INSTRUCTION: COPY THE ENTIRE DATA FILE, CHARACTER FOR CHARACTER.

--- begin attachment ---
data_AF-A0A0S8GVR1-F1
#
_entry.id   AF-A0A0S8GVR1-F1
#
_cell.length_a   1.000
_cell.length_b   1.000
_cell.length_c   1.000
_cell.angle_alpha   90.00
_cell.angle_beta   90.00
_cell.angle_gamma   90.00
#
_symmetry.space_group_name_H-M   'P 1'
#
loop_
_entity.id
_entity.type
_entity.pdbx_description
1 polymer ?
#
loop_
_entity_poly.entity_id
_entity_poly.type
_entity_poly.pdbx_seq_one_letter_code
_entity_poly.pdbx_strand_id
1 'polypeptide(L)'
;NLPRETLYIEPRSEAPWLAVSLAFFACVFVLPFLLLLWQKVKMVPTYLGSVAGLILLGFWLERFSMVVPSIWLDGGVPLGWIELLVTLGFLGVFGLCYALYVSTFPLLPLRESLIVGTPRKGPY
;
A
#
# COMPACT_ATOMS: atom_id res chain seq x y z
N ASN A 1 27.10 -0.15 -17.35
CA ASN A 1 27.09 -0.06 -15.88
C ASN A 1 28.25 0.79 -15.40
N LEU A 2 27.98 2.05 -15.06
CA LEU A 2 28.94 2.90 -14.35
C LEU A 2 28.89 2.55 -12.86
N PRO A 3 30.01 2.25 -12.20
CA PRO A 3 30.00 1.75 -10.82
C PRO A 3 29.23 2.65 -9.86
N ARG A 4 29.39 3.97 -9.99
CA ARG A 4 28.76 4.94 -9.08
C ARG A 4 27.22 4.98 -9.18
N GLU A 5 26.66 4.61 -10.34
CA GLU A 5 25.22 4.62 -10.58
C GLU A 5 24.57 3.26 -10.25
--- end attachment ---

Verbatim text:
data_AF-A0A0S8GVR1-F1
#
_entry.id   AF-A0A0S8GVR1-F1
#
_cell.length_a   1.000
_cell.length_b   1.000
_cell.length_c   1.000
_cell.angle_alpha   90.00
_cell.angle_beta   90.00
_cell.angle_gamma   90.00
#
_symmetry.space_group_name_H-M   'P 1'
#
loop_
_entity.id
_entity.type
_entity.pdbx_description
1 polymer ?
#
loop_
_entity_poly.entity_id
_entity_poly.type
_entity_poly.pdbx_seq_one_letter_code
_entity_poly.pdbx_strand_id
1 'polypeptide(L)'
;NLPRETLYIEPRSEAPWLAVSLAFFACVFVLPFLLLLWQKVKMVPTYLGSVAGLILLGFWLERFSMVVPSIWLDGGVPLGWIELLVTLGFLGVFGLCYALYVSTFPLLPLRESLIVGTPRKGPY
;
A
#
# COMPACT_ATOMS: atom_id res chain seq x y z
N ASN A 1 27.10 -0.15 -17.35
CA ASN A 1 27.09 -0.06 -15.88
C ASN A 1 28.25 0.79 -15.40
N LEU A 2 27.98 2.05 -15.06
CA LEU A 2 28.94 2.90 -14.35
C LEU A 2 28.89 2.55 -12.86
N PRO A 3 30.01 2.25 -12.20
CA PRO A 3 30.00 1.75 -10.82
C PRO A 3 29.23 2.65 -9.86
N ARG A 4 29.39 3.97 -9.99
CA ARG A 4 28.76 4.94 -9.08
C ARG A 4 27.22 4.98 -9.18
N GLU A 5 26.66 4.61 -10.34
CA GLU A 5 25.22 4.62 -10.58
C GLU A 5 24.57 3.26 -10.25